Now it's your turn to give people something to read, either by sharing your own thoughts on Landstalker or by having a guess at what the next game's going to be. Plus you can also join my brand new Super Adventures Discord Server, which is slightly less new at this point, but more powerful than ever.


  1. You can argue about whether the Mega Drive or SNES is the better console, but if you're judging them on the quantity of action adventures and RPGs then the SNES is the unambiguous winner.

    Well, yes, but if you're European then it's about equal because most of the SNES rpgs didn't come out here, and almost all of the Mega Drive ones did.

    Sadly, isometric controls haven't improved in the 27 (!) years since Landstalker. I gave up on Lumo because of a jumping puzzle that was made annoyingly difficult because the game has full analogue movement, rather than locking the character to four or eight directions, as would have been sensible.

    Yes, I'm still bitter.

    1. I have the same problem with isometric games. I always end up getting fed up with the perspective. (I also gave up on Lumo after a while)

  2. I've tried to get into this a few different times over the years, and my experience was always pretty much the same as yours. It's very charming, with nice graphics and sound and a likable roguish protagonist. It's just that the game does everything it can to be incredibly annoying to play. Isometric platforming is bad enough at the best of times, but when you saddle it with a complete lack of height indicators and the world's worst controls, it becomes a bit like trying to navigate an M.C. Escher drawing while drunk.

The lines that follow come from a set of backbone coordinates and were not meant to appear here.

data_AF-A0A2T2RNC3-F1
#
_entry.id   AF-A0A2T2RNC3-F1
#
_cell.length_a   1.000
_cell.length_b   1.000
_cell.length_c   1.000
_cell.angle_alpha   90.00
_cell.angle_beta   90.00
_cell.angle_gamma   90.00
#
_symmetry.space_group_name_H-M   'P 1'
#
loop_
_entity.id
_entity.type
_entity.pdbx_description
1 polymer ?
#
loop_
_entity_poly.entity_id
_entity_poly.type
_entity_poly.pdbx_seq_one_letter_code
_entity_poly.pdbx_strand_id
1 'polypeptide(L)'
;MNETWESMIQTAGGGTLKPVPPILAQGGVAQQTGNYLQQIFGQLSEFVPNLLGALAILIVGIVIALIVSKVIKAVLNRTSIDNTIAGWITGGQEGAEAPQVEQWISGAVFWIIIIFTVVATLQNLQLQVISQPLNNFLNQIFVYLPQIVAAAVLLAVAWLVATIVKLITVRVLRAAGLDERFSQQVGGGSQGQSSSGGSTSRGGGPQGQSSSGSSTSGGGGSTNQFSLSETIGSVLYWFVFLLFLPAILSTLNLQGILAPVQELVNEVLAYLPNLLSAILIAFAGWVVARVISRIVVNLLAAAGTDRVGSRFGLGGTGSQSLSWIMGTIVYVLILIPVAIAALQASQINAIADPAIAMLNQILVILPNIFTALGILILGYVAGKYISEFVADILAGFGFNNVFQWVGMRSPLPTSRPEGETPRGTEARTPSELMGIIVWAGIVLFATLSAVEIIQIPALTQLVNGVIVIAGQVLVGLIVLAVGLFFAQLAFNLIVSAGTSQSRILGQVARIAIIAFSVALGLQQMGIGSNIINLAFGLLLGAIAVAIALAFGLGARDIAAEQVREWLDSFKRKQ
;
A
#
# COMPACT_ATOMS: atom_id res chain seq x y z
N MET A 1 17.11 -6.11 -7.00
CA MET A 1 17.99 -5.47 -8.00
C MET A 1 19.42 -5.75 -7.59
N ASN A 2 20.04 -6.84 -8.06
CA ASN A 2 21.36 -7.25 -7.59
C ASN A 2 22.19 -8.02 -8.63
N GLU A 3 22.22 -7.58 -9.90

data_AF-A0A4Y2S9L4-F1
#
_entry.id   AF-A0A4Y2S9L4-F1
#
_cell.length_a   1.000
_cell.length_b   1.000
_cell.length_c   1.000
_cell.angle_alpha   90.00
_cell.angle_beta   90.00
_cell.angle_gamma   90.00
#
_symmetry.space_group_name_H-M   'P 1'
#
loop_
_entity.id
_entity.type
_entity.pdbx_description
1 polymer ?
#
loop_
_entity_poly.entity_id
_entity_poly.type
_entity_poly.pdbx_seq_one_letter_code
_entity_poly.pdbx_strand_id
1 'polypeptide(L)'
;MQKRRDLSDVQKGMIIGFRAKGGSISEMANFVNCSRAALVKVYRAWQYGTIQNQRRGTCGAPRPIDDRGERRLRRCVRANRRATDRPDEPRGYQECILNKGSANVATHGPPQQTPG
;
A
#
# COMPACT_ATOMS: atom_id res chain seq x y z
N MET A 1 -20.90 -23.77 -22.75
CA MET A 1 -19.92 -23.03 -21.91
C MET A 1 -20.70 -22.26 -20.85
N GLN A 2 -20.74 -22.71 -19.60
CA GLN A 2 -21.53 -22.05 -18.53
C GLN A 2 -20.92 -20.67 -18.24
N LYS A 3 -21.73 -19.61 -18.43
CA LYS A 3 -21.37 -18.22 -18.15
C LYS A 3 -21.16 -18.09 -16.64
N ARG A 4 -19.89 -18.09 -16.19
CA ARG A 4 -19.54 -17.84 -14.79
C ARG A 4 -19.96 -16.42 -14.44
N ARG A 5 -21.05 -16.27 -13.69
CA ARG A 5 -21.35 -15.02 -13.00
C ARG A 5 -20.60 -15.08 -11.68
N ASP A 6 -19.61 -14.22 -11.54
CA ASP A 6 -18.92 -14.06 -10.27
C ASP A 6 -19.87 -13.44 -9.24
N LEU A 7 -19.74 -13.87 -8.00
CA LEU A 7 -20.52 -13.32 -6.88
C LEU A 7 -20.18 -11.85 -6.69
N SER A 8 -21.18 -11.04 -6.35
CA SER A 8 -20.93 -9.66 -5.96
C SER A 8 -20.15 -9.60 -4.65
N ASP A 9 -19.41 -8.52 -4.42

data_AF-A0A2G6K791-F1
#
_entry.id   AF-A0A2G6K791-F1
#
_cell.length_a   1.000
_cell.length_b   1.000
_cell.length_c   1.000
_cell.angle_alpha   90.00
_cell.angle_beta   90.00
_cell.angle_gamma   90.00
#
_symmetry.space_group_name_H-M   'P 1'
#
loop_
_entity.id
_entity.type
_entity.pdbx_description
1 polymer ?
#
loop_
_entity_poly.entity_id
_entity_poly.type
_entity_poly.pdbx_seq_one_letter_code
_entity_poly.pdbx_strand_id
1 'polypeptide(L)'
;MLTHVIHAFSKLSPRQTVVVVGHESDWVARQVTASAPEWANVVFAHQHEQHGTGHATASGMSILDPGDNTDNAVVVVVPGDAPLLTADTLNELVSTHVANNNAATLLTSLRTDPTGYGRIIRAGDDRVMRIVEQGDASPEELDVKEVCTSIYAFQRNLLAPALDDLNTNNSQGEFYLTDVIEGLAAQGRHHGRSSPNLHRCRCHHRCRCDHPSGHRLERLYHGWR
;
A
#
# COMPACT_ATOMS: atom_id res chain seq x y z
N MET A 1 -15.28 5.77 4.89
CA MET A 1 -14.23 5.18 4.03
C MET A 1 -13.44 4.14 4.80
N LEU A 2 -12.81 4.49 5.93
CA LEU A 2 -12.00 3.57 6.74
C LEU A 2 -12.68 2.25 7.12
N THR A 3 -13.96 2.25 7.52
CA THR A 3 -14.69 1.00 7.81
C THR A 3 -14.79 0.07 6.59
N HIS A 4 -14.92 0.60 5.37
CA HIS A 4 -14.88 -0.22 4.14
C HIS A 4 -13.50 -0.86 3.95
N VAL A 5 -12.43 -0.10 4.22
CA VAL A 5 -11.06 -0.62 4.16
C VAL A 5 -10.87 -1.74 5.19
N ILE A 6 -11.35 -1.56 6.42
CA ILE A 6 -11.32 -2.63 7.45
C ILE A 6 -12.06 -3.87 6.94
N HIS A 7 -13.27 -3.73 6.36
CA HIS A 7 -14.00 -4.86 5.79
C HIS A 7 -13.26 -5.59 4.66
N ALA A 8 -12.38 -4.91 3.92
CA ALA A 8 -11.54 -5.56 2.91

3. Hey, you really did a replay of Landstalker, that's awesome!
    I gave this game my best shot on the Mega Drive Classics Collection and it was just so charming that I had to soldier on despite its huge flaws. Sorry to say, the isometric madness doesn't get any better. The ball-and-spike puzzles will give you tears of despair even if you're quickloading save states - I can't imagine how anyone got far in this in the old days.
    But it can just be so anachronistic. How come as soon as you rescue the girl from the tribespeople who wanted to murder her, everyone is suddenly best friends? Or the time you reach a boss at the end of a dungeon, and she pushes the wrong button in her intro cutscene and accidentally kills herself instead of you? Or the time your nemeses _just_ beat you to a riverside mcguffin by scooting in on a raft from side left, only for the current to just continue washing them out to sea before they can do anything at all?
    It's a pain to move, it's a pain to navigate, the puzzles are inscrutable and the combat is too (especially with harder enemies which appear to be just random whether attacking them will hurt them or hurt you). But it's got real heart, and ambition. I never knew the MD had games like this in the 90s.

  4. This game oozes charm but man the controls look like I wouldn’t be able to deal.
    As always a great review. Love the GIFs!


Semi-Random Game Box